Great Gifts For Hunters
I Suggest These Great Gifts For Hunters
November 1, 2023
Spring draw results just came out, and a lot of hunting seasons are in full swing right now, so a gift for a hunter would be very much appreciated! Here are some ideas for gifts that will totally make their day!
Did your hunter draw a spring turkey tag? Montana Decoy Co. has lightweight turkey decoys that fold down to the size of a dinner plate! They've got hens, Jakes, and even Toms! Get a couple of hens and a box call and your spring turkey hunter will be sitting pretty! Find the decoys at http://www.montanadecoy.com and get an easy to use Primos Early Bird Turkey box call at http://www.sportsmans.com for just under $30.
A Comfy, Portable Seat
When Margie and I are hunting Coues, a comfortable cushion is a must, but it has to be light and portable. You spend most of the time sitting and glassing, and those mountainsides can get harder as the day goes on! Hunter's Specialties has one that has an elastic strap so you can easily access it sitting or walking, and it's water resistant and easy to inflate and deflate. Best of all, it only weighs half a pound! Get one for under $13 at http://www.hunterspec.com.
These are a bit of a splurge, but they are fabulous bipods that let you swing from right to left to get the shot without repositioning the feet of the bipods. They also have shooting sticks and bipods to attach to the gun. So weather you want hunting, shooting, or tactical bipods you will never regret getting these. Check them all out at http://www.swaggerbipods.com.
Night Runner 270 Shoe Lights
You might think these are a bit weird, but trust me, these are awesome for hunting. We usually start hiking well before dawn so we're in place before the sun rises, and hiking in the dark can be quite the adventure. These lights slip onto the laces of your boots and light the ground in front of you so you don't step into a hole or over a big drop. Keeps your hands free too for a walking stick. I found them on Amazon for under $60, and they're waterproof and rechargeable. Awesome.
Ham Radio Prep
Margie recently got her ham radio license and the way she did it was studying with an app called Ham Radio Prep. She actually passed the Technician test and went back and passed the General as well, and so did our son David. The app has short video lessons that make everything clear, plus they're very concise but still cover everything that could be on the test. A ham radio license makes it possible to talk all over the world, and even with just a Technician license you can get on repeaters that are linked all over the state and talk to people almost anywhere in AZ. She is loving it, and it gives us peace of mind knowing we can get hold of David if we need help when we're out in the boonies. Check them out at https://hamradioprep.com. The Technician license course is just $35, and the Technician + General is $55.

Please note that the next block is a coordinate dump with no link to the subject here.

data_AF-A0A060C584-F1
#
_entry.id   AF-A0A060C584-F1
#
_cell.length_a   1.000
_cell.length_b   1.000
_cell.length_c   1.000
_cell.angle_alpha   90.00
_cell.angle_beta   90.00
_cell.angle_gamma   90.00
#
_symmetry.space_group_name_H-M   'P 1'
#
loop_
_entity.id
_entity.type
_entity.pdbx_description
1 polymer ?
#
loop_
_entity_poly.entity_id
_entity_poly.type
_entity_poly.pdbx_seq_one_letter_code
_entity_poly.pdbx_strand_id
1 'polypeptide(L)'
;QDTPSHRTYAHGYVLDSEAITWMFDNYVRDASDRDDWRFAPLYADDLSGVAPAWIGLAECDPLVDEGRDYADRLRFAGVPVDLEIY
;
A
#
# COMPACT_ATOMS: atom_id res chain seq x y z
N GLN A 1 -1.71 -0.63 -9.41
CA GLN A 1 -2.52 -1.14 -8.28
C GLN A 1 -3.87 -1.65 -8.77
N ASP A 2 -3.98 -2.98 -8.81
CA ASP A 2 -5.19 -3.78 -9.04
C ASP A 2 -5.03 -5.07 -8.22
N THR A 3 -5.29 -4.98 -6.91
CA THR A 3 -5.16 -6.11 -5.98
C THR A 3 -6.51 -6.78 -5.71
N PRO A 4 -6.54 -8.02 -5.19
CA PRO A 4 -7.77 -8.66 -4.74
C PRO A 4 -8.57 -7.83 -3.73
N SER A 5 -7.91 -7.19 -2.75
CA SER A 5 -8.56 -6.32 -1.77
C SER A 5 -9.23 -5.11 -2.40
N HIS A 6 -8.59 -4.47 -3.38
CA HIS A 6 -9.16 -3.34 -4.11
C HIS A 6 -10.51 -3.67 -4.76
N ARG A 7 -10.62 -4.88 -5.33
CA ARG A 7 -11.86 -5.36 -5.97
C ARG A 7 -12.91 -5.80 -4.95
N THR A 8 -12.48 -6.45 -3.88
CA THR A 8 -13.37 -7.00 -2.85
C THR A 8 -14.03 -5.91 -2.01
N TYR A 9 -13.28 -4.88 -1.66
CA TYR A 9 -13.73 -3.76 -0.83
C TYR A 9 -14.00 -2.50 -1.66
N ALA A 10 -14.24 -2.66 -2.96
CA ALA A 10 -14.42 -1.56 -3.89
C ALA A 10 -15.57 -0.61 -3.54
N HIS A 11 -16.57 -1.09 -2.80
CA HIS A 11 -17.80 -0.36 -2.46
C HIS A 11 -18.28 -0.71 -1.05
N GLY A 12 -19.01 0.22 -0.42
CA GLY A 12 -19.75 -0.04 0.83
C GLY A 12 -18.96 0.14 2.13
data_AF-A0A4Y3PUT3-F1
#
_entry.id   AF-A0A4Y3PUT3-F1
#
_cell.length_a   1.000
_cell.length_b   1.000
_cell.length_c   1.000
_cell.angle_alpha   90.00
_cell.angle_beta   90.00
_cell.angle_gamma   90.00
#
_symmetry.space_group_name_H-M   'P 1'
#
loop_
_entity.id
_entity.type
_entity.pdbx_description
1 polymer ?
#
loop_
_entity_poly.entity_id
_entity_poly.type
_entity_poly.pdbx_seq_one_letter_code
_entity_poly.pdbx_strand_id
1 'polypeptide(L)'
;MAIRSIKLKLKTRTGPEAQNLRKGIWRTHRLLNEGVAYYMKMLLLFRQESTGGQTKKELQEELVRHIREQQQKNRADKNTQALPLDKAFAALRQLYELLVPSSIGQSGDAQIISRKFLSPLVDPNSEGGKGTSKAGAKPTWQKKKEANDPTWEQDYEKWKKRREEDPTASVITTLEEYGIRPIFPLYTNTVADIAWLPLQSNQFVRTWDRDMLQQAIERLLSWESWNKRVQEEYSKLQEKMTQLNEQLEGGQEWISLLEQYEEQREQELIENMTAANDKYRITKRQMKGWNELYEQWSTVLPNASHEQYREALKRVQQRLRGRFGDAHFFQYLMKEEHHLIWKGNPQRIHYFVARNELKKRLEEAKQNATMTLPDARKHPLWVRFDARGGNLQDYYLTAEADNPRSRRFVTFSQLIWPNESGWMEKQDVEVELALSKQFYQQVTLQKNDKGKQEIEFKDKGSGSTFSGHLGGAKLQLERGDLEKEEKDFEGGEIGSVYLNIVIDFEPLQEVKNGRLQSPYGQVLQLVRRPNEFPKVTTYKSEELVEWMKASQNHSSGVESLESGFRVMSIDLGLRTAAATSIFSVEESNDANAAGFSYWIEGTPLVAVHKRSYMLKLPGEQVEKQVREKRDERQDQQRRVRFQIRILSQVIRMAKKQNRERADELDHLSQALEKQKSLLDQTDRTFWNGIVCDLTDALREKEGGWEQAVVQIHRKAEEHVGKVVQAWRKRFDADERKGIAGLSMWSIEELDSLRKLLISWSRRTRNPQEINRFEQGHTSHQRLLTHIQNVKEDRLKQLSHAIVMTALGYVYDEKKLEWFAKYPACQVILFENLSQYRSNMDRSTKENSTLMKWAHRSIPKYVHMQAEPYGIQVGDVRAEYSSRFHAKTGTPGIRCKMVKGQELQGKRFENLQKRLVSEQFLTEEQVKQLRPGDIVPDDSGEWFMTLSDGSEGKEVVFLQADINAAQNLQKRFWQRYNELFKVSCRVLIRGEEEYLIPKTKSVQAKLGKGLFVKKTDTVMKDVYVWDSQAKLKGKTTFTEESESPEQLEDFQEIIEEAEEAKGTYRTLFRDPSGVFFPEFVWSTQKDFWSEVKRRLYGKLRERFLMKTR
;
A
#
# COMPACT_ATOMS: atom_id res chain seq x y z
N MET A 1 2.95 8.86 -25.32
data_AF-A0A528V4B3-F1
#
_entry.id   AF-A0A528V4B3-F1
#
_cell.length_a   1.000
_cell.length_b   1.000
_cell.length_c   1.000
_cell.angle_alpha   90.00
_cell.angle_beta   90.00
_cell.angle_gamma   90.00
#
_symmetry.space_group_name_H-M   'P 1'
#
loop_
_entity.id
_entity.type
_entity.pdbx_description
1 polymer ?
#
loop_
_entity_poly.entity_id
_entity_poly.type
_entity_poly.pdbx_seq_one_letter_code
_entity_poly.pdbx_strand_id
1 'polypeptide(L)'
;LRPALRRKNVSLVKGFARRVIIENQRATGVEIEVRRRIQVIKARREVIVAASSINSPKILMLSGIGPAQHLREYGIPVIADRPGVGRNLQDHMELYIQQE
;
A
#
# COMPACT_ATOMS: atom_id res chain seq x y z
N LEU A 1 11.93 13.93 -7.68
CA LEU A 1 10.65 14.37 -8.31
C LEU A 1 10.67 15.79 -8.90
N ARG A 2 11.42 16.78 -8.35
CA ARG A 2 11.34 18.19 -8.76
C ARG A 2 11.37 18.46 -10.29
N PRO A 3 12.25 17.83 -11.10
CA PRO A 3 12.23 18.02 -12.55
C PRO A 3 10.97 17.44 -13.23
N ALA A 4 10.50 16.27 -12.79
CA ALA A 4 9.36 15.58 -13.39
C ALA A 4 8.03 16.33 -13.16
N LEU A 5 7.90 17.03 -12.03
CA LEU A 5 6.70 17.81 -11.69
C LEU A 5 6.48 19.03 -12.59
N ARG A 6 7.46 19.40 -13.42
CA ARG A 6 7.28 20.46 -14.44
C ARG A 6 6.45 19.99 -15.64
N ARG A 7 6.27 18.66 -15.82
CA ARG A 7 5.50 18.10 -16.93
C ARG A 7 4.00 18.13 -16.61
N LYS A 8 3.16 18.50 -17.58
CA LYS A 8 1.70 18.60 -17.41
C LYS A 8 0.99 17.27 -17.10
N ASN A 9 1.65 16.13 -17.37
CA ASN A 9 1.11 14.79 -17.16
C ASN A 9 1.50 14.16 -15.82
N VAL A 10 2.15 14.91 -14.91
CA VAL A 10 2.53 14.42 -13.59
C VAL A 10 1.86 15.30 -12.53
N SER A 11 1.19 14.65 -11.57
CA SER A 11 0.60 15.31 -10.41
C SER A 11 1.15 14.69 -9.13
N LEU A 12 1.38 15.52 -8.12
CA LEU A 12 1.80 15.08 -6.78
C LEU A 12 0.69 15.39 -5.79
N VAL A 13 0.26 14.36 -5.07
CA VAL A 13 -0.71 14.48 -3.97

Binocular Harness Strap
As a hunter myself, I can tell you that having your binoculars flopping around banging you on the chest is really annoying. Yet you want them out where you can use them quickly. The solution is a binocular harness strap that keeps them close to your chest until you pull them up. Brilliant! I found one on Amazon that holds your rangefinder too, so it's twice as fabulous. It's called the Auscamotek Binoculars Harness with Rangefinder Case, and it's less than $30. It's camo, it's quiet, and it's cheap.
Highwild Game Hanging Gambrel And Hoist Kit
For a little over $25, you can get this hoist on Amazon that will enable a hunter to single-handedly raise up to a 700 pound animal for easy processing in the field. It includes 44 feet of rope and it fold up for easy storage.
Hunting is thirsty work – there's a lot of hiking and climbing involved, and water is heavy! However, even in the desert a savvy hunter with a good map can find all kinds of water sources, but you sure as heck wouldn't want to drink out of them! However, with a LifeStraw you actually can drink out of a cattle tank, a stream, a spring, or anything else. LifeStraw filers out bacteria, parasites, microplastics, dirt, sand, and cloudiness. Best of all, it's only $20. Check them out at http://www.lifestraw.com.
Nothing, I repeat, nothing is worse than damp, cold, or sore feet on a hunting trip. That's why I never scrimp on boots or socks. Good socks protect your feet from blisters, wick away moisture, and keep your feet warm while you're sitting on a hillside glassing for hours on end. The best ones I've found are Carhartt wool blend socks. They've got a variety of thicknesses and heights to choose from and they last a long time. They're not cheap, but they're the best, and they're made in the USA. Check them all out at http://www.carhartt.com.
Don't fall for the trap of thinking that a gift card is a cop out. It isn't. I don't know a single hunter who doesn't love getting a gift card to Cabelas, Bass Pro, or Sportsman's Warehouse! If you feel lame just putting a gift card in an envelope, then get a small gift and attach the card to it. A map of their favorite hunting area would work. Or you can get creative and make a little emergency kit out of Altoids tin. Put a couple of Bandaids, a small spool of wire, a couple of fish hooks, a package of aspirin or Advil – you get the idea! Small enough to fit in a pocket, and handy! Need ideas? Check out http://www.onegoodthingbyjillee.com and enter "emergency kit" in the search bar!
Merry Christmas to you and your hunter!